Chinese Musical Instruments
The Chinese instrumentarium is unquestionably the largest and most diverse of any civilization, ancient or modern. Inscriptions on tortoise shells and cow bones from more than 3000 years ago recorded various instruments including drums, stone chimes, and panpipes. In this volume, Alan R. Thrasher discusses the evolution of Chinese musical instruments, detailing their construction, regional variations, and role in musical accompaniment.
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Han Literati and the Qin
CommonPractice Instruments in Historic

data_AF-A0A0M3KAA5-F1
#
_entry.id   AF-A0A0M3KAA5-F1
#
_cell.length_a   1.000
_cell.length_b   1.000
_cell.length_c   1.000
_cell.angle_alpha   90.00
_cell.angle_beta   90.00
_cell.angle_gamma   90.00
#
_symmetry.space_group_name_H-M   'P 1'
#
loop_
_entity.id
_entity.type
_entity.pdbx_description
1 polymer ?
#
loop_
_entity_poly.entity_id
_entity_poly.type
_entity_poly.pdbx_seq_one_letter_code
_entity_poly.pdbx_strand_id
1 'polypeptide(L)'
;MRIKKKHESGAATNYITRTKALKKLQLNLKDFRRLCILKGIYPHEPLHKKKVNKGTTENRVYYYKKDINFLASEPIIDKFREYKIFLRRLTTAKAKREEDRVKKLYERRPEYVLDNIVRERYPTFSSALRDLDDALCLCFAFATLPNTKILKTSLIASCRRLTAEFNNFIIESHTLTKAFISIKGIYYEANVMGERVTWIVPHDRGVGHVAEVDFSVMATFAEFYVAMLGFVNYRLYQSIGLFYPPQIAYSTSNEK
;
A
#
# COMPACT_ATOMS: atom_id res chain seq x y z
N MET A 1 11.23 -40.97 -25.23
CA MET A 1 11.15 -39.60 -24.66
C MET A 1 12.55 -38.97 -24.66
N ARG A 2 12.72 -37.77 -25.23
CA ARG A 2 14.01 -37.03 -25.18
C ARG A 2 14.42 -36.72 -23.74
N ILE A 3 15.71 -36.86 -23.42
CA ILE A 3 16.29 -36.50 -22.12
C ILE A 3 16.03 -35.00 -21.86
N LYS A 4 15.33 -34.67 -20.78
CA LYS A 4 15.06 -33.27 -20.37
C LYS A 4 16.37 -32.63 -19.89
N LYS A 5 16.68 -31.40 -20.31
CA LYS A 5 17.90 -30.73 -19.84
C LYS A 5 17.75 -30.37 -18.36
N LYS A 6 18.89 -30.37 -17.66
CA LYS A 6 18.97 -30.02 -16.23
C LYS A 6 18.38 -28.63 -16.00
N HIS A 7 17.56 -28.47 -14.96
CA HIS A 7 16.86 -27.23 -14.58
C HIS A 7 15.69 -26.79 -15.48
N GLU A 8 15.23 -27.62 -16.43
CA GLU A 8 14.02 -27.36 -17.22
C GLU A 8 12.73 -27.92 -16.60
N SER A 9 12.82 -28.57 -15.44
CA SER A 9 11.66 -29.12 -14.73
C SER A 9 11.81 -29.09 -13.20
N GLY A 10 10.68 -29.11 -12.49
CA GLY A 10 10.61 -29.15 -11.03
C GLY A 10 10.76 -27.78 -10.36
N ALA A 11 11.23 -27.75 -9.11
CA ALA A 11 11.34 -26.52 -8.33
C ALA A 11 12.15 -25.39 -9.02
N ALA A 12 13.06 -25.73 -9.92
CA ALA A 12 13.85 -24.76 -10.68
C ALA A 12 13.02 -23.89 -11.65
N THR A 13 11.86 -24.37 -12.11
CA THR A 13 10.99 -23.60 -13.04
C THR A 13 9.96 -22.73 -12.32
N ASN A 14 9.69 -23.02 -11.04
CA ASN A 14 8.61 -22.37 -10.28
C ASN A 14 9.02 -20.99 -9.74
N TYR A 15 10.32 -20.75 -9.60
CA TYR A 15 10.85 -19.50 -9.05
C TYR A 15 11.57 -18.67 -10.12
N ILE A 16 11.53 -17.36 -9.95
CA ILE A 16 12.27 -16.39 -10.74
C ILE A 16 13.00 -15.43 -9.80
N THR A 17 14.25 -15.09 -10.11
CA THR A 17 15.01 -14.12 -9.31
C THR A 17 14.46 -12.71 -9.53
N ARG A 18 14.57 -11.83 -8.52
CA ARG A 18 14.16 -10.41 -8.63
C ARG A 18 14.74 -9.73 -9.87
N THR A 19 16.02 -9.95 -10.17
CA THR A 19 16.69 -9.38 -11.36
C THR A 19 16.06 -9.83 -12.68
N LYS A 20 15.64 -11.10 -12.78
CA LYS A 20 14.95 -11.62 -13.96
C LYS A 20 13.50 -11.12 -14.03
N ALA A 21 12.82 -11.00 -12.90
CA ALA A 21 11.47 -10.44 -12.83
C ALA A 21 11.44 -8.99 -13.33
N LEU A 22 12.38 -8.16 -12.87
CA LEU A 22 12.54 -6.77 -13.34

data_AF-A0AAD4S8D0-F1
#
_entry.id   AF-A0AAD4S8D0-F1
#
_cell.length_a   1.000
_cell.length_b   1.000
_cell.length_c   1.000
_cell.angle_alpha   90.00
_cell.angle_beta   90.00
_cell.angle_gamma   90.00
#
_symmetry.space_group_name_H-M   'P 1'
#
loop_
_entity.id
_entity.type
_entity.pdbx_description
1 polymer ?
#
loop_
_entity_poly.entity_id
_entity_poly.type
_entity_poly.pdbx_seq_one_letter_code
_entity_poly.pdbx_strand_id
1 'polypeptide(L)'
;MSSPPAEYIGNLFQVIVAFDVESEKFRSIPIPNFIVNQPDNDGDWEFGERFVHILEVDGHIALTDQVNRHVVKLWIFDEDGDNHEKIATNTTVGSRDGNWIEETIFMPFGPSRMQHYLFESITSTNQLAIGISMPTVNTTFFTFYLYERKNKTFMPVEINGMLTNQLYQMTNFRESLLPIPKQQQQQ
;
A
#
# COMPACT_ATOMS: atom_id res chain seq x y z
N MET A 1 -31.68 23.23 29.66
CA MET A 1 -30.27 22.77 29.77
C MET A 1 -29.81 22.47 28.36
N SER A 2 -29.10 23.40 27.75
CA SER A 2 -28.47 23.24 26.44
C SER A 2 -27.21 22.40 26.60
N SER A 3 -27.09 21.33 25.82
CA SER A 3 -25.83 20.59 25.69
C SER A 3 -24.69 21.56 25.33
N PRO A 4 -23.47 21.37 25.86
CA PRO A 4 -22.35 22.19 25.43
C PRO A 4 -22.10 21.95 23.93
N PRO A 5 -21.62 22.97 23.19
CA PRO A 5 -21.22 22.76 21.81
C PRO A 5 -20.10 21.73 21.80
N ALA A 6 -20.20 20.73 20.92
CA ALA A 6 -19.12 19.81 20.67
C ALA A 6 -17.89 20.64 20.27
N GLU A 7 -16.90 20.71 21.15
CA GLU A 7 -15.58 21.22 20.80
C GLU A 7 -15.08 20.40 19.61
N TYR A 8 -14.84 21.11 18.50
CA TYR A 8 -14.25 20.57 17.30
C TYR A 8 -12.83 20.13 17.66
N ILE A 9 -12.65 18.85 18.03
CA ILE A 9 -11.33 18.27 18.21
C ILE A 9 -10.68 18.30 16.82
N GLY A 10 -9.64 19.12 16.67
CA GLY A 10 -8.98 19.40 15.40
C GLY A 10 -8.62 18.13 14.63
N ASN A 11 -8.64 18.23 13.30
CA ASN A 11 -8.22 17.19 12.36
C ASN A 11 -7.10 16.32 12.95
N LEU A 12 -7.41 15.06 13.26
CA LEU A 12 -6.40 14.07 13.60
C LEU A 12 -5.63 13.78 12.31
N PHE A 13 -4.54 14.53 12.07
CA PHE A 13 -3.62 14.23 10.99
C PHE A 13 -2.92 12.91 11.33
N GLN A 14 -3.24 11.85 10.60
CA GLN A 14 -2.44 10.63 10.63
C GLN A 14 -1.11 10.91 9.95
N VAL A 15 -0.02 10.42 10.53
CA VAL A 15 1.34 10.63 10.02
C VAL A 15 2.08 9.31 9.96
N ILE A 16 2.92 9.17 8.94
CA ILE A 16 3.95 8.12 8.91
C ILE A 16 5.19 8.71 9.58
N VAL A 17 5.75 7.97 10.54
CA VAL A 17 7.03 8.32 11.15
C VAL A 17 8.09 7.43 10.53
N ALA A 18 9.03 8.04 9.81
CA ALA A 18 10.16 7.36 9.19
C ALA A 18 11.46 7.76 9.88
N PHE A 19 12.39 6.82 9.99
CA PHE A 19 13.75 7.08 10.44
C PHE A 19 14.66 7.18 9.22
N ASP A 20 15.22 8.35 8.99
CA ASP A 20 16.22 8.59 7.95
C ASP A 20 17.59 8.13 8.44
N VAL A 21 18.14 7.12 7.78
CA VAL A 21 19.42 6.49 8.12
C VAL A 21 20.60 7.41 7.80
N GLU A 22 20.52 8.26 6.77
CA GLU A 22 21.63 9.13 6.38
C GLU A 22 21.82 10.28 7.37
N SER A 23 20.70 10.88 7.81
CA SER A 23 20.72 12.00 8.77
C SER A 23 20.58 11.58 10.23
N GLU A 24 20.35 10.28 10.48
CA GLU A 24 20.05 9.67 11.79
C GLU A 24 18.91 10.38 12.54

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ancient associated bamboo Beijing bells bianzhong blowhole Buddhist Cantonese century bc chamber music Chaozhou Chapter Three chuida clapper common-practice instruments commonly Confucian constructed court cymbals diameter dizi dizi flute drum Dunhuang employed entertainment ensembles erhu erxian fiddle fingerholes gongs guanzi Hakka handscroll horns huqin idiophone imperial Jiangnan sizhu known konghou lead instrument line drawings literati lute melodies Minnan Minnan music Music Research Institute musical instruments musicians North China notably opera paiban painting paixiao panpipe percussion instruments performance period pipa pitch playing plucked popular processional q.v. Chapter qing qudi reed pipe regional repertory resonator ritual instruments sanxian scholars Shang sheng mouth organ similar sizhu ensembles Song soundboard stone chimes stringed instruments suona suspended Taiwan Tang dynasty temple thumbhole traditions transverse flute tuning pegs types usually variants vertical flute wind instruments windchest xiao yangqin yaogu Yinyue yunluo Zenghouyi zheng zither zhonghu Zhou zither